I do admit, however, that I will have a hard time using their college money for something else if they decide they don’t want to go to college and want to do vocational training or start their own business or something. College is a necessity in my book, whether they major in theater or economics.
Post # 25
Tricky question. I do think every kid is different and you don’t want to be judge and jury of their future but at the same time I don’t want my kids to feel entitled. So applying for scholarships and not screwing around in college is a must. As for deiciding on majors I think I would encourage interships and getting in contact with people about jobs while they’re still in high school to try and help encourage a good choice in a major.
Post # 26
Ah, see. That’s where I start backing away. I’ll pay $45,000.00 a year for a degree in Underwater Basketweaving if it’s what my son or daughter is passionate about, but I probably wouldn’t help with rent or a car post graduation unless it was an absolute necessity.
That said, I’m sure it would depend on the kid. My feelings probably too influenced by my ex and his behavior. Mom and dad paid his way through school, then helped with rent, then bought groceries, then…. As a consequence he never learned to live within his means or to save.
Post # 27
For me it was unspoken. I had to get the grades for my parents to subsidize my out-of-state tuition. If I didn’t pull my weight I would be required to move home, go to community college, and then re-apply to a local college. I never wanted to do that so I made the grade year after year.
I believe I will do something like this for my child. My Fiance may have another opinion as he “paid” for everything himself (he had excellent grades and was basically paid to go to college by the state). And he worked jobs for spending money. I have a feeling we’ll do some kind of compromise between the way I went to college and the way he did.
Now, when I went to grad school I was on my own. My parents told me they would pay for 4 years — after that, it’s all me!
Post # 28
I will want them to get student loans and basically pay their own way through. Money is never enough to even run a household smoothly, let alone pay for post-sec education with the fees increasing constantly. I do want them to get higher education and I will wholeheartedly focus on building their interest in order to receive this. If they are smart enough, they will vie for scholarships and/or bursaries.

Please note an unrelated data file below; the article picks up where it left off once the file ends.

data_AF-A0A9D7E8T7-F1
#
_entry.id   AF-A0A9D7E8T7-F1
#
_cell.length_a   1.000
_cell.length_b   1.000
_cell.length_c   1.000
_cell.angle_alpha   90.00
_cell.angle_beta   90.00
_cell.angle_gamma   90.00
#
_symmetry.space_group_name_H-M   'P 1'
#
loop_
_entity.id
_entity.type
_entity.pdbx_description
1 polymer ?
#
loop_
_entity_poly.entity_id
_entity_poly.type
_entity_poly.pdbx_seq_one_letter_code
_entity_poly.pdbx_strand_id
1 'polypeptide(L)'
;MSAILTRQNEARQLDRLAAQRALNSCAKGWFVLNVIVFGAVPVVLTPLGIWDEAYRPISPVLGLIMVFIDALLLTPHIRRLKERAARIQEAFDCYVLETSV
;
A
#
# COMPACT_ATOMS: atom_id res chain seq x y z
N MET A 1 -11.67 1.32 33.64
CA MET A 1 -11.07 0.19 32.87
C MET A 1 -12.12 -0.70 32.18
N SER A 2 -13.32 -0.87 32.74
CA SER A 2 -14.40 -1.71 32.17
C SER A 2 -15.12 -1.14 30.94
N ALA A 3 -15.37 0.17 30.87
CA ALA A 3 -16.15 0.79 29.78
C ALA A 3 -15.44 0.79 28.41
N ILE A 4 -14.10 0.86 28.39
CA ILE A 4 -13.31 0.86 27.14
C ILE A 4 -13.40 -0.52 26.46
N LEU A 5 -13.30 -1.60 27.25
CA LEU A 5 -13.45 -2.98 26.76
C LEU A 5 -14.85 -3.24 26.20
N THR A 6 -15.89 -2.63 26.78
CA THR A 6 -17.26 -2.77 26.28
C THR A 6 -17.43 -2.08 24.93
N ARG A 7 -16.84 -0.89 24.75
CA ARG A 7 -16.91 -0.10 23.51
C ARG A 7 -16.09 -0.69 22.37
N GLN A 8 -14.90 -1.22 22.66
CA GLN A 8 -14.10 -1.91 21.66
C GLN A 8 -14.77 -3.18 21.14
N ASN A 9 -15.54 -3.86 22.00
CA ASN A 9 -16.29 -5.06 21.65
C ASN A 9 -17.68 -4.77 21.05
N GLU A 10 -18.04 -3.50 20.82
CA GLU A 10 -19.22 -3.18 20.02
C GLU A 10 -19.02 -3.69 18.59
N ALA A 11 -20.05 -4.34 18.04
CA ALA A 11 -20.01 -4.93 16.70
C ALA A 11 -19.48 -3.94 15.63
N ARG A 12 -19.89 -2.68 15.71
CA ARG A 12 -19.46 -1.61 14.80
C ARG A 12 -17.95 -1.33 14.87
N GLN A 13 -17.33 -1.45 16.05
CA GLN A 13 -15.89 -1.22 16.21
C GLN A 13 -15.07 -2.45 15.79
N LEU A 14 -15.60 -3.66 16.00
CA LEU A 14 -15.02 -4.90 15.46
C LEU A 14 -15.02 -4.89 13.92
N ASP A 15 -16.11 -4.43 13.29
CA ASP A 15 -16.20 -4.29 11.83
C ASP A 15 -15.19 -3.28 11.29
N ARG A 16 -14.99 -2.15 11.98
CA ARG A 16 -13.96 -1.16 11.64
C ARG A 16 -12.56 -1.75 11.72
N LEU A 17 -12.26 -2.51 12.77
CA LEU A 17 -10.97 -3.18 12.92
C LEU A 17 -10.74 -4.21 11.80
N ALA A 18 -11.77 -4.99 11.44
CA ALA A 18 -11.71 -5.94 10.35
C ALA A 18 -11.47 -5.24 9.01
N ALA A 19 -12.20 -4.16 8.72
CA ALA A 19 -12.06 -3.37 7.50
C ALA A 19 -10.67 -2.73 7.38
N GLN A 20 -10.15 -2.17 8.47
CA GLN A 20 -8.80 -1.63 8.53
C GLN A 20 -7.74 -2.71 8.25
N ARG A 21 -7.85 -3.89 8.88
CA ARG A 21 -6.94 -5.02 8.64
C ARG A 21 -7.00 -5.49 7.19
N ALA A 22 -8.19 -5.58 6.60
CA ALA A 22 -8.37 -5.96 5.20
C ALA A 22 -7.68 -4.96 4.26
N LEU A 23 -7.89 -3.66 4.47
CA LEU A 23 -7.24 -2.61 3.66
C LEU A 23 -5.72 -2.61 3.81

My parents did not provide money for my education and this allowed me to set goals and priorities and work hard all on my own. I had a job and was schooling at the same time. They didn’t provide it because they were/are quite poor so I would not even expect them to, however both my brother and I have become really good money and time managers because of this.
We found this to have made us far more efficient and in-tune with ‘reality’ of the world than if we would have had all the financial help. Sure we did have thoughts in the back of our head all the time about collecting so much debt, but it was the way we looked at it. I.e. we wanted to make sure we can remove that debt asap when we are done and/or during school. And that is what we worked towards.
I guess it’s really all in the thinking. If you have your head in the right place, you can overcome any difficulty. That is what I would like my children to learn.
Post # 29
Well, I guess I”m thinking of my situation–my parents paid for my rent after college because I went straight to grad school. I worked part time thruout to pay for my living expenses, but I couldn’t have managed to live in my own apartment without their help with rent. Could I have lived at home? I suppose I could have, but it would have meant an hour and a half commute on public transportation, with night classes. My parents were willing to help me out, knowing that doing so would make things easier on me. Once I got a full time job, they stopped paying my rent.
As for a car, if my child got a job in a city where a car was needed (aka, not NYC, lol), I would definitely be willing to purchase him or her one if it was necessary in order to get to interviews, jobs, etc. Not saying I would get a Lexus or anything, but a good solid car. I might say that they’re reponsible for paying for insurance though (and obviously for gas). maybe I’m biased, because my parents were super supportive of me throughout college and grad school (always depositing a little extra money in my account, etc).
Post # 30
Yeah, I think I would probably end up doing the same under similar circumstances.
Not really the point, but this thread has made me think about all those little things you can’t control with kids. You can try really, really hard to instill certain values (work ethic, self sufficiency, etc.), but at the end of the day some of it’s going to come down to personality and ambition and a whole bunch of other things over which parents don’t really have much influence.
Post # 31
So true. And so frightening.